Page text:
Chinese e-commerce giant Alibaba saw $20 billion wiped off its market capitalization after announcing that it would no longer spin off and list its cloud computing business.
The company, which competes with U.S. tech giant Amazon, said on Thursday that it would not proceed with the spinoff of its Cloud Intelligence Group, citing U.S. export restrictions on advanced chips.
Alibaba said the curbs have “created uncertainties for the prospects of Cloud Intelligence Group,” which competes with Amazon Web Services, Microsoft Azure, and Google Cloud Platform.
“Instead, we will focus on developing a sustainable growth model based on emerging AI-driven demand for networked and highly scaled cloud computing services,” Alibaba CEO Joe Tsai said on the company's investor call Thursday.
At Thursday's market close in Hong Kong, Alibaba's market cap was 1.65 trillion Hong Kong dollars ($211.6 billion). On Friday, Alibaba's market cap sank to 1.49 trillion Hong Kong dollars.
That translates to a loss of $21.1 billion in market cap, according to CNBC calculations of data from FactSet.
Alibaba share price performance
U.S.-listed shares of Alibaba were trading around 4% lower in premarket trading Friday, extending losses from a punishing session Thursday which saw the stock plunge 9%.
Investors were hoping for a spun off entity for Alibaba's cloud business that would achieve a higher valuation. Analysts in March estimated Cloud Intelligence Group could be worth between $41 billion to $60 billion, according to Reuters.
However, market commentators had warned that the listing could attract scrutiny from regulators both in China and overseas given the level of data the unit hosts and manages.
Morgan Stanley cut its price target for the stock to $110 from $150. Alibaba shares are currently trading at $76.11 apiece in U.S. premarket trade.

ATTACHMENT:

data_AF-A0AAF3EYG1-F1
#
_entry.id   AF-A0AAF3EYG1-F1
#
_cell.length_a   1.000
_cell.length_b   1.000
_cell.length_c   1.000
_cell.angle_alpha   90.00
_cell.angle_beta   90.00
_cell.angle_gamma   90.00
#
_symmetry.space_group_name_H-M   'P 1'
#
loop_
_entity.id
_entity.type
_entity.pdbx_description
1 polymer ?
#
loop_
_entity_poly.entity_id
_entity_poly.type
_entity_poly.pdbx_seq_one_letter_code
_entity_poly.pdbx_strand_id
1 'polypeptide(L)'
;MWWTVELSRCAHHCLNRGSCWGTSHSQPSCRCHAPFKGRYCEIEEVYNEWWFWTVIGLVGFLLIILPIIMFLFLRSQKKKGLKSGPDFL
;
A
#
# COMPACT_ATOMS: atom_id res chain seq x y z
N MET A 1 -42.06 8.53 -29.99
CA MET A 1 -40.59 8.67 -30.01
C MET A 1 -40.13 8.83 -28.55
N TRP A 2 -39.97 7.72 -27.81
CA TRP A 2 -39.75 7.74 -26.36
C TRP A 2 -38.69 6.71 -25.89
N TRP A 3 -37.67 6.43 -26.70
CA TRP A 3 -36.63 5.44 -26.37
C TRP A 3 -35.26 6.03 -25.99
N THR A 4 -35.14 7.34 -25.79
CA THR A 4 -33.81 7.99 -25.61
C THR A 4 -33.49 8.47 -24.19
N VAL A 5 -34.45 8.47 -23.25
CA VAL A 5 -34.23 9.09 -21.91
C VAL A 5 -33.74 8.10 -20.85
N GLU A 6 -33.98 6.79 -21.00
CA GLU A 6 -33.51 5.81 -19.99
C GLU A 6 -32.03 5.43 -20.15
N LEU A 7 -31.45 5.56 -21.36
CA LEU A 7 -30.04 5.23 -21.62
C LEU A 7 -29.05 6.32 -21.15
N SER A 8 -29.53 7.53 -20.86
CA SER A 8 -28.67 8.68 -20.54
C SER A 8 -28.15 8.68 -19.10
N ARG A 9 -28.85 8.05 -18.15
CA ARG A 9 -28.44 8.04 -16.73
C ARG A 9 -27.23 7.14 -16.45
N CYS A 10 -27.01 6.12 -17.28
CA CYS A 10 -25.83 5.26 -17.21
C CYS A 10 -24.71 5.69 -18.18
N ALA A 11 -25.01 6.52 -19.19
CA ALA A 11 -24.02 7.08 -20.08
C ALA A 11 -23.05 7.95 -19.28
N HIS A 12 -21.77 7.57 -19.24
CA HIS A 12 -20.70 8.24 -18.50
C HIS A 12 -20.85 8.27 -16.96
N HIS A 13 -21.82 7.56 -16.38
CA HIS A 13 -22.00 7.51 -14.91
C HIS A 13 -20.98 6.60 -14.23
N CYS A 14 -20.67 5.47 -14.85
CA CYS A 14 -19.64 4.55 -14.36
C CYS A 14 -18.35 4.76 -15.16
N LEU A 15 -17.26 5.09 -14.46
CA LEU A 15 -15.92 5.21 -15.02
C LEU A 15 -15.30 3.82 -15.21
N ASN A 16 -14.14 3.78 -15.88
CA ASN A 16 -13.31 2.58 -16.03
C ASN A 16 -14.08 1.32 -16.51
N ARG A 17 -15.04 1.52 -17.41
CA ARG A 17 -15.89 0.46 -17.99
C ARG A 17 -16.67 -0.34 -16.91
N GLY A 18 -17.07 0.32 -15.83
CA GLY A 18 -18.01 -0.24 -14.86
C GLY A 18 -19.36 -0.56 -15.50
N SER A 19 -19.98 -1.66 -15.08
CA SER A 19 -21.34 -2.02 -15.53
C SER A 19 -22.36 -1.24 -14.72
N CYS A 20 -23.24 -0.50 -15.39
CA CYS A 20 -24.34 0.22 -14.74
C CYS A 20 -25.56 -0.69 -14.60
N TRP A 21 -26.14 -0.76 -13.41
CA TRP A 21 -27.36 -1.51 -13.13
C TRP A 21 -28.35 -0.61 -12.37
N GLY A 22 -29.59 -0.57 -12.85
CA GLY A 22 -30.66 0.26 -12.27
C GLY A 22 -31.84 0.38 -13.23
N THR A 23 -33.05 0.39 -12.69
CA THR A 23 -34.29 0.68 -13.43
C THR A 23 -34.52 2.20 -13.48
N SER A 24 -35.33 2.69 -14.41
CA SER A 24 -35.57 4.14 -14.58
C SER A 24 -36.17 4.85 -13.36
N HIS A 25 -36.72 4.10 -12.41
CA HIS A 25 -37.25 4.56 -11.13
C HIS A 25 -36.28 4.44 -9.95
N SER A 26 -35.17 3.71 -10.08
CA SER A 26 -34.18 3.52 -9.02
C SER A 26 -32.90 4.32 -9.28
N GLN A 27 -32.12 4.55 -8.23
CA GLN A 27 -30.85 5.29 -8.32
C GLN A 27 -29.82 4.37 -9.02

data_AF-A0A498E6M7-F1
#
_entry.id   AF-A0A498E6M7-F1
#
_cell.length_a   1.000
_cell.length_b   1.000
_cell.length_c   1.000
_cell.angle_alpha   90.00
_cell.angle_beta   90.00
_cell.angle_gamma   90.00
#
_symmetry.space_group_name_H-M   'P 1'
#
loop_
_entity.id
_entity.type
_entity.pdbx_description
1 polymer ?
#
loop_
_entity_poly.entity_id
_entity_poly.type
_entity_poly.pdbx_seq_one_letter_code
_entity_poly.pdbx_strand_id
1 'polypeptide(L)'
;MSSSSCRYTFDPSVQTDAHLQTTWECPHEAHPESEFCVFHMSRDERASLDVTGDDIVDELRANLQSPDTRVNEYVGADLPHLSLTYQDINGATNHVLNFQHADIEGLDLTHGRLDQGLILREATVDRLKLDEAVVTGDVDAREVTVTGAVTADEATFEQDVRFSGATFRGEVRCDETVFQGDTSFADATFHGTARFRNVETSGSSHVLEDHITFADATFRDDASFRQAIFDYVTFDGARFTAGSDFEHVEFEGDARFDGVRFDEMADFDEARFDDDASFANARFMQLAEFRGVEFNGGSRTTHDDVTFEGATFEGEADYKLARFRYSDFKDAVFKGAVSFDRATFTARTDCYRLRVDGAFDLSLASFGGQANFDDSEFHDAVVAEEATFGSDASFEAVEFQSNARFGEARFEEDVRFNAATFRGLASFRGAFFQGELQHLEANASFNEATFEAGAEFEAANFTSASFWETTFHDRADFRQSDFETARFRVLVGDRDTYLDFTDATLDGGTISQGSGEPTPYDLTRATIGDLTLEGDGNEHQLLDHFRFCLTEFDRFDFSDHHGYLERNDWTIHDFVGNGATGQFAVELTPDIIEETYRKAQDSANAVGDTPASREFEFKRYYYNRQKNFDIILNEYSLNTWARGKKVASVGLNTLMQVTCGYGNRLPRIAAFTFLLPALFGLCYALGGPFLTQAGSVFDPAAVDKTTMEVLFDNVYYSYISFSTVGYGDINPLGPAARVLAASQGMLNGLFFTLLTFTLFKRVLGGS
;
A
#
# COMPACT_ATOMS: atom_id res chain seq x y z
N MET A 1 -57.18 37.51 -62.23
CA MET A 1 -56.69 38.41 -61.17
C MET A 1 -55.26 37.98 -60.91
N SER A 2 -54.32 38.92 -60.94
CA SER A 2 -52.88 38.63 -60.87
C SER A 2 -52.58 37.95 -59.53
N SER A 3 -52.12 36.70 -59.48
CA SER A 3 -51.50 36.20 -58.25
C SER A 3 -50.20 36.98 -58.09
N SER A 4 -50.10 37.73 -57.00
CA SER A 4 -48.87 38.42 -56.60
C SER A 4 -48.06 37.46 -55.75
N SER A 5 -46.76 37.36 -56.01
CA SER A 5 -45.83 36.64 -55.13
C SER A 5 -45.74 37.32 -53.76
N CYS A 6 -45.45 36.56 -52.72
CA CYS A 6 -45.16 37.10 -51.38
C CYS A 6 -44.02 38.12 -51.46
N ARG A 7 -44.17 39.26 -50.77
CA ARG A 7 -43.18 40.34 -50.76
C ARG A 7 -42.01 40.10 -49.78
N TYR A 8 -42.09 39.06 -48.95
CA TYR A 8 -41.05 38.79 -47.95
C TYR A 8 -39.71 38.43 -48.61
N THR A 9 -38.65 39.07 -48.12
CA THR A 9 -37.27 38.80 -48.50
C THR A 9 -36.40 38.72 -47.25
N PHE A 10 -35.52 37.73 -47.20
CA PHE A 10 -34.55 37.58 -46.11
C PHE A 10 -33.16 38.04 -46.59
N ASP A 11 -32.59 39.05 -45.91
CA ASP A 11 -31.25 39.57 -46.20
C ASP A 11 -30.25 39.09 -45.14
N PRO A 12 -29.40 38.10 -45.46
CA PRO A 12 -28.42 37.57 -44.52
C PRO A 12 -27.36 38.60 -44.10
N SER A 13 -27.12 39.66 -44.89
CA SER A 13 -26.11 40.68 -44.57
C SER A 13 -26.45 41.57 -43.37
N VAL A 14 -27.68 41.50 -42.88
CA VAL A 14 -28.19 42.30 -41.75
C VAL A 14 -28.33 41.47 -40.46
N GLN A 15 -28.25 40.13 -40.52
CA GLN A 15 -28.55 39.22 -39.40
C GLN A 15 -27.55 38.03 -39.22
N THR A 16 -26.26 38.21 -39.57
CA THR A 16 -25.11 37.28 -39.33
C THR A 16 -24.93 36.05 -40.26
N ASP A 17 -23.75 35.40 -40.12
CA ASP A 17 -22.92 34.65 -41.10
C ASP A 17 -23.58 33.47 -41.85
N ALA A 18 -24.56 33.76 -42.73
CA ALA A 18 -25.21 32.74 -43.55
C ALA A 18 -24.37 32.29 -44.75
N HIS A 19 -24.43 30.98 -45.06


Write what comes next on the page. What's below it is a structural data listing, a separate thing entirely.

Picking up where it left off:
In a Thursday note, analysts at the bank said that they were removing Alibaba as a top pick and advising a “shift to Tencent.”
They cited a “shortfall” on expectations earlier in the year about several key aspects of the Alibaba business, including a slower-than-expected macroeconomic recovery, bumpy cloud revenue growth, and a “negative surprise” on the planned cloud IPO.
Caught in U.S.-China tussle
The development highlights how Alibaba, one of the largest tech companies in China, has become the latest business to get wrapped up in tense geopolitical tensions between the U.S. and China.
Alibaba is investing heavily into artificial intelligence as it looks to keep up with the pace that U.S. peers such as Microsoft, Alphabet's Google, Meta, Amazon, Apple, and Microsoft-backed firm OpenAI are advancing when it comes to the technology.
The company has long integrated AI into its products and services to tailor recommended products to users, analyze data in industrial settings, and develop pieces of marketing on its Tmall, Taobao, and 1688 e-commerce sites.
In October, Alibaba introduced a new version of its artificial intelligence model which competes with similar models from U.S. tech giants Microsoft and Amazon.
Called Tongyi Qianwen 2.0, it is a large language model (LLM). An LLM is trained on vast amounts of data and forms the basis for generative AI applications such as ChatGPT from OpenAI. Alibaba says that Tongyi Qianwen 2.0 is a “substantial upgrade from its predecessor,” introduced in April.